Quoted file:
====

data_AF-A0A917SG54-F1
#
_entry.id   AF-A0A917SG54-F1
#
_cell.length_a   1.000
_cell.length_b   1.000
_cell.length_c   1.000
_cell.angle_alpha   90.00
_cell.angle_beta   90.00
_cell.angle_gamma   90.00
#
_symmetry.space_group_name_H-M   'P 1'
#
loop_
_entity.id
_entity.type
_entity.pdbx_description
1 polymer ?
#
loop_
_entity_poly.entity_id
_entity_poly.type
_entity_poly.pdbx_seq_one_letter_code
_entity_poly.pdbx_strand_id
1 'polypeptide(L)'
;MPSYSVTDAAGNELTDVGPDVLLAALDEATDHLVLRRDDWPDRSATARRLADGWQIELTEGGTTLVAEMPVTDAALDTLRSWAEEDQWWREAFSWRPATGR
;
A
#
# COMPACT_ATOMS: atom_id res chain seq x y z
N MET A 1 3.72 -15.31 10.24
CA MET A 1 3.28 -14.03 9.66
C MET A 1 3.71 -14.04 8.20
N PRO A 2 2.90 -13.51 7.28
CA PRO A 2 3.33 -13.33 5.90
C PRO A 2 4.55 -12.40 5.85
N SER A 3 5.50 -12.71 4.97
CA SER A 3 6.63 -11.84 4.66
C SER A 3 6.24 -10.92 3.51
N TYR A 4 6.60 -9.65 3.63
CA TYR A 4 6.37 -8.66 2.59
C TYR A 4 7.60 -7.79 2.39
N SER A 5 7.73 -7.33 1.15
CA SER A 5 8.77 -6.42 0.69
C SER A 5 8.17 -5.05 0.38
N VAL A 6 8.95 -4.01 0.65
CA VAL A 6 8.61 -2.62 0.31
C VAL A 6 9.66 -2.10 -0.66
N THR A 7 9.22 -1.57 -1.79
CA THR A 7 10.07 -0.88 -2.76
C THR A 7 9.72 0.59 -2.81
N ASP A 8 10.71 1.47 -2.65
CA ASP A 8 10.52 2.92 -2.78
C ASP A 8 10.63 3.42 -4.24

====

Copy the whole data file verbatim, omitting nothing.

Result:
data_AF-A0A917SG54-F1
#
_entry.id   AF-A0A917SG54-F1
#
_cell.length_a   1.000
_cell.length_b   1.000
_cell.length_c   1.000
_cell.angle_alpha   90.00
_cell.angle_beta   90.00
_cell.angle_gamma   90.00
#
_symmetry.space_group_name_H-M   'P 1'
#
loop_
_entity.id
_entity.type
_entity.pdbx_description
1 polymer ?
#
loop_
_entity_poly.entity_id
_entity_poly.type
_entity_poly.pdbx_seq_one_letter_code
_entity_poly.pdbx_strand_id
1 'polypeptide(L)'
;MPSYSVTDAAGNELTDVGPDVLLAALDEATDHLVLRRDDWPDRSATARRLADGWQIELTEGGTTLVAEMPVTDAALDTLRSWAEEDQWWREAFSWRPATGR
;
A
#
# COMPACT_ATOMS: atom_id res chain seq x y z
N MET A 1 3.72 -15.31 10.24
CA MET A 1 3.28 -14.03 9.66
C MET A 1 3.71 -14.04 8.20
N PRO A 2 2.90 -13.51 7.28
CA PRO A 2 3.33 -13.33 5.90
C PRO A 2 4.55 -12.40 5.85
N SER A 3 5.50 -12.71 4.97
CA SER A 3 6.63 -11.84 4.66
C SER A 3 6.24 -10.92 3.51
N TYR A 4 6.60 -9.65 3.63
CA TYR A 4 6.37 -8.66 2.59
C TYR A 4 7.60 -7.79 2.39
N SER A 5 7.73 -7.33 1.15
CA SER A 5 8.77 -6.42 0.69
C SER A 5 8.17 -5.05 0.38
N VAL A 6 8.95 -4.01 0.65
CA VAL A 6 8.61 -2.62 0.31
C VAL A 6 9.66 -2.10 -0.66
N THR A 7 9.22 -1.57 -1.79
CA THR A 7 10.07 -0.88 -2.76
C THR A 7 9.72 0.59 -2.81
N ASP A 8 10.71 1.47 -2.65
CA ASP A 8 10.52 2.92 -2.78
C ASP A 8 10.63 3.42 -4.24